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UBC Theses and Dissertations

Reverse link capacity of cellular CDMA systems employing group successive interference cancellation Silvester, Anna-Marie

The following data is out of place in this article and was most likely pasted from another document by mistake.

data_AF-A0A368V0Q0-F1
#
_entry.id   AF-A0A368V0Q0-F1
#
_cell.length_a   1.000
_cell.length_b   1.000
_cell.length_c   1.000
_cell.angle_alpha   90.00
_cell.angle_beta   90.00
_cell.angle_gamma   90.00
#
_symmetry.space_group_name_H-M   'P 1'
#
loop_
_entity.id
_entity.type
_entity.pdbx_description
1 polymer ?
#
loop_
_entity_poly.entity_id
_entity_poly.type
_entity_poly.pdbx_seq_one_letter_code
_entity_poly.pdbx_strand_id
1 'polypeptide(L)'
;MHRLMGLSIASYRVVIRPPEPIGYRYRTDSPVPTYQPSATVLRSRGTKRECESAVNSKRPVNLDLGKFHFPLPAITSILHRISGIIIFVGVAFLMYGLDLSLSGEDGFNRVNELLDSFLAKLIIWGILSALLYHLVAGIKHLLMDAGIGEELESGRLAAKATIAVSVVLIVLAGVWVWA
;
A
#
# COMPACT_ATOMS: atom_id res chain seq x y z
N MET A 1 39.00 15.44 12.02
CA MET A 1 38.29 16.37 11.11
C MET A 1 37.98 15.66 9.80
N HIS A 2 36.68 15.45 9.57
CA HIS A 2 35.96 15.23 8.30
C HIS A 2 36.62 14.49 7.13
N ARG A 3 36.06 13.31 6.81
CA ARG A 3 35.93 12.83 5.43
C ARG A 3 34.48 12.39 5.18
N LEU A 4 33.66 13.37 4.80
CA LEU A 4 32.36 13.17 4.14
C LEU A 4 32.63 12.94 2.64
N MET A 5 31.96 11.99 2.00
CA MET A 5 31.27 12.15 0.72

Successive Interference Cancellation (SIC) is a much studied multi-user detection technique capable of increasing reverse link capacity significantly [1, 2, 3, 4]. Current issues blocking industry from adopting multi-user detection include complexity, cost, and detection delay [5, 6, 7, 8, 9, 10, 11]. In this thesis, we evaluate the benefits of a simplified SIC scheme, called group successive interference cancellation (GSIC), in which users are cancelled in groups rather than individually. Canceling users by group has a number of benefits, including reduced detection delay time, and decreased hardware complexity as compared with practical implementations of SIC [7]. We begin by extending a model of inter-cell interference first developed for SIC and presented in [12, 13, 14, 15]. Using the inter-cell interference factor developed in [12, 13, 14, 15] we derive expressions for the outage probability of GSIC. In order to improve system performance we consider four different diversity cases. These diversity cases include selection macro-diversity (SM), when a user is detected based on 1 copy of its signal received at its assigned base station, and combining macro-diversity (CM), when a user is detected based on 3 copies of its signal received at surrounding base stations. We also consider the case of multi-cell cancellation (MGSIC), when a user's detected signal is regenerated and cancelled not only from its assigned base station, but also from 2 other base stations in its vicinity. The group sizes for which we evaluate outage probability are 1, 10, and 20. Our numerical evaluation of the theoretical expressions indicates that higher values of capacity can be obtained from the SIC-SM, SIC-CM, MSIC-SM, and MSIC-CM techniques than was previously indicated by [12, 13, 14, 15]. Our research has shown that the work in [12, 13, 14, 15] applies a bound on the inter-cell interference factor. Numerical results show significant increases in capacity for CM as compared to SM, and for MGSIC as compared to GSIC. However, simulation results generated in an environment with good but imperfect power control, and with looser restrictions on the power distribution of users indicate that gains for MGSIC are not as significant as indicated by theory. Both simulation and numerical evaluation demonstrate that CM provides a significant capacity increase over SM. Increasing group size reduces the number of users a base station can support on the reverse link; however, these losses may be tolerable considering the reduction in detection delay and hardware complexity that accompany increasing group size. On average, group size can be increased to 10 with a 3.5% loss in capacity, while detection delay and hardware complexity are decreased by a factor of approximately 1/10. Similarly, group size can be increased to 20 with a 7% loss in capacity, for which detection delay and hardware complexity are decreased by a factor of approximately 1/20.

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